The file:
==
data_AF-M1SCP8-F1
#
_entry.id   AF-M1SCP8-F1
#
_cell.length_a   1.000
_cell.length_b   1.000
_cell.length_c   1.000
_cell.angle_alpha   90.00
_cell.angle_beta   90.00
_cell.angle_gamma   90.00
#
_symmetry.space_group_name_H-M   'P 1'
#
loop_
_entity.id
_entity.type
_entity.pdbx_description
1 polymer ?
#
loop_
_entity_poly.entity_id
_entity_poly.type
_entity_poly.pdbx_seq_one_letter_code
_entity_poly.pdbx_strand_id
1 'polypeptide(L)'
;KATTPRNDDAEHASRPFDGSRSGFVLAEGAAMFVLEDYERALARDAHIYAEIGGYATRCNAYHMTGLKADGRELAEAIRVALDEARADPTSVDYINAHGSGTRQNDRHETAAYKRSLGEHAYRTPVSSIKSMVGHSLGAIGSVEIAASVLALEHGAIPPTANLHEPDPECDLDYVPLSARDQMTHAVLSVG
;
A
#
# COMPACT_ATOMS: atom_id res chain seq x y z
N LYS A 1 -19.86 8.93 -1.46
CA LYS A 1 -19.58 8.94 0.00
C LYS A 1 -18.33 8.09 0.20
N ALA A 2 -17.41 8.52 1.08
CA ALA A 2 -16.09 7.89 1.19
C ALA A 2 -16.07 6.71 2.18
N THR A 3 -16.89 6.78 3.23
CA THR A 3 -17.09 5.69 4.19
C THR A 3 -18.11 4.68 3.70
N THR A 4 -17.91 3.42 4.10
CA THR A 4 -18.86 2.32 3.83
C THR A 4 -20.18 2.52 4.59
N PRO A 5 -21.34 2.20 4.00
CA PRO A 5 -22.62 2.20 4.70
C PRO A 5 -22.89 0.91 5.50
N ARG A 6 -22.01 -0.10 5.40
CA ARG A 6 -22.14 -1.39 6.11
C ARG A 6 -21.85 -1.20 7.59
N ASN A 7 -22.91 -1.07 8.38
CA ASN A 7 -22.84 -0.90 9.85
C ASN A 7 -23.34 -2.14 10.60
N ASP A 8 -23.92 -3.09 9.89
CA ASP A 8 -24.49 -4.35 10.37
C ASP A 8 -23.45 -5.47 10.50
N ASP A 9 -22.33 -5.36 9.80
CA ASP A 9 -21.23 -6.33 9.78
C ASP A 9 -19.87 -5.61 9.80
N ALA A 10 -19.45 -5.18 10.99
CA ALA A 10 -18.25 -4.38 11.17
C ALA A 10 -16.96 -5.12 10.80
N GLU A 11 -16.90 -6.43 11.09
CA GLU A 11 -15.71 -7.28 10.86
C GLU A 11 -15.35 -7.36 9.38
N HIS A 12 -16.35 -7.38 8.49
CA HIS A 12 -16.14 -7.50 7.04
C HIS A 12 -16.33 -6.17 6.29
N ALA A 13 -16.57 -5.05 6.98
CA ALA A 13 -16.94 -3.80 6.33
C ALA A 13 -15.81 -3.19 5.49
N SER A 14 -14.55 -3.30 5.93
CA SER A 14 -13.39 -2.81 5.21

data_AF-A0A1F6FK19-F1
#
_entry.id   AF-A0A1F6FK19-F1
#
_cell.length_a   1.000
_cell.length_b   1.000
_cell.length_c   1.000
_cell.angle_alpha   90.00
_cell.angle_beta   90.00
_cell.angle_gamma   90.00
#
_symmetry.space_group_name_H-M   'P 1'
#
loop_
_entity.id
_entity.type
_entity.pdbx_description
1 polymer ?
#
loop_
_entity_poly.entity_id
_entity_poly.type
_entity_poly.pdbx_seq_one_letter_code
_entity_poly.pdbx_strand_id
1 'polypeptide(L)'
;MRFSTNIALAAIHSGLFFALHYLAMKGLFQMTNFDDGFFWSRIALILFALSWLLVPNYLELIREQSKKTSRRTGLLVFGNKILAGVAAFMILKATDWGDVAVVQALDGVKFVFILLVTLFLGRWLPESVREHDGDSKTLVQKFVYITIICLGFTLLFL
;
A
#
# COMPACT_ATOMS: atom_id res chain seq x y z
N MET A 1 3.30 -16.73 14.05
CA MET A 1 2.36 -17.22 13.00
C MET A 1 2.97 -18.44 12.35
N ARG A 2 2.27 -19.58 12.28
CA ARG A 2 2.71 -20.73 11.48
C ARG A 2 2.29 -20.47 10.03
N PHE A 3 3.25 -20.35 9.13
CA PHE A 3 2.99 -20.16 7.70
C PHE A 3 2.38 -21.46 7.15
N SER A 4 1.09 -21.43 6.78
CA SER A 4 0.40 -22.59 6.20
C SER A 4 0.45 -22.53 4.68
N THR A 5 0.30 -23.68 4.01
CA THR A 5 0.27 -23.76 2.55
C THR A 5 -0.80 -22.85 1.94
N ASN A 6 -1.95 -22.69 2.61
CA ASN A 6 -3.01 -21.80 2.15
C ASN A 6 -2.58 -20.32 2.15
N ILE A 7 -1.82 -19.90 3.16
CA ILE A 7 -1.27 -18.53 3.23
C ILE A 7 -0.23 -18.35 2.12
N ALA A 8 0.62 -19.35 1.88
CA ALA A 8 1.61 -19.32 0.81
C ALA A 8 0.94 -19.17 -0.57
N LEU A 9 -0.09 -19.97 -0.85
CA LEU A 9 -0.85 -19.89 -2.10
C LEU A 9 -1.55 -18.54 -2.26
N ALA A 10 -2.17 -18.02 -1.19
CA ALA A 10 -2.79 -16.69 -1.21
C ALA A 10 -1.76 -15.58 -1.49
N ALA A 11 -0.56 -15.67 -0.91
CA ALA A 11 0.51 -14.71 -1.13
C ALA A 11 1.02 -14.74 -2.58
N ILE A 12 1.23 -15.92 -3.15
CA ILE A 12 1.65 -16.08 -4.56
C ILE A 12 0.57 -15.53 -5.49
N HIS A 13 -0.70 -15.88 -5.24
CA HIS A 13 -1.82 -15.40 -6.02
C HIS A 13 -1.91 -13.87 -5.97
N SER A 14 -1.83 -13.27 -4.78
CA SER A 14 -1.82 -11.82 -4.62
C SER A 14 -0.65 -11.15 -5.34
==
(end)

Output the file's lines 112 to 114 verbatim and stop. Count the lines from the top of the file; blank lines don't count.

CA SER A 4 0.40 -22.59 6.20
C SER A 4 0.45 -22.53 4.68
N THR A 5 0.30 -23.68 4.01